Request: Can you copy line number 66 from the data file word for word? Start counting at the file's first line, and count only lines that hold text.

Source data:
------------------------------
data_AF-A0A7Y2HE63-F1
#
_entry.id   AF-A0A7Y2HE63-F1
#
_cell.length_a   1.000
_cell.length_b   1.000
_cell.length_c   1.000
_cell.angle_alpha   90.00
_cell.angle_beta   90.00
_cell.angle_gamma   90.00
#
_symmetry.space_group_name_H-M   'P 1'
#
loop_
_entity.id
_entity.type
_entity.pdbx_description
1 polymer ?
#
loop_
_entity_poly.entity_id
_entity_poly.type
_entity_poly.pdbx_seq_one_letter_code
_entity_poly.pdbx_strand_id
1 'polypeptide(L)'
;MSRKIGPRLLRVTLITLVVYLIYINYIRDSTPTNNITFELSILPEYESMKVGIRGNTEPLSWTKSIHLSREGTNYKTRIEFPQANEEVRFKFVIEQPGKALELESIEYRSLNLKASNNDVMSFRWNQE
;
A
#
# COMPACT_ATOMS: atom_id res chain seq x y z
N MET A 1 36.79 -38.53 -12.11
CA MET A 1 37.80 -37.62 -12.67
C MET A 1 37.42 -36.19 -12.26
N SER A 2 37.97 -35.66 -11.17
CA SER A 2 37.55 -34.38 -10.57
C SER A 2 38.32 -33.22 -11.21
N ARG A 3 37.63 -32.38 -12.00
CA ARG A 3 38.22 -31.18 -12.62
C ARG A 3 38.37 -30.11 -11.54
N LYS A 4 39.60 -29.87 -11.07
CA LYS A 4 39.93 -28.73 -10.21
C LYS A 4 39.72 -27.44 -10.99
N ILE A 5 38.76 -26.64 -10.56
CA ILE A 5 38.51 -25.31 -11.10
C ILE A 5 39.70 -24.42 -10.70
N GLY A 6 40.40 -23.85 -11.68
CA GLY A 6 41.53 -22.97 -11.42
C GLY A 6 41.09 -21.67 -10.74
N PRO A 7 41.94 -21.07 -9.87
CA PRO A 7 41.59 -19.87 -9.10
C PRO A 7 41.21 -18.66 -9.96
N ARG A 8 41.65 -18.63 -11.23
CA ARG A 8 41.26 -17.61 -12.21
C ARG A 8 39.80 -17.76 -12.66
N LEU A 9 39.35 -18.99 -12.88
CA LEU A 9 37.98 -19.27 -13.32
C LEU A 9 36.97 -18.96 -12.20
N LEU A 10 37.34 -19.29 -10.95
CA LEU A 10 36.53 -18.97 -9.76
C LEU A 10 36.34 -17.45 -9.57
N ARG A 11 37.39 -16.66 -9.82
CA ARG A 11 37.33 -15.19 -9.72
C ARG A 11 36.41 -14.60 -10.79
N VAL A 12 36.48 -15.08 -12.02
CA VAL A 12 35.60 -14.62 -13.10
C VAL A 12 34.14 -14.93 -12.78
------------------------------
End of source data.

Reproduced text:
C VAL A 12 34.14 -14.93 -12.78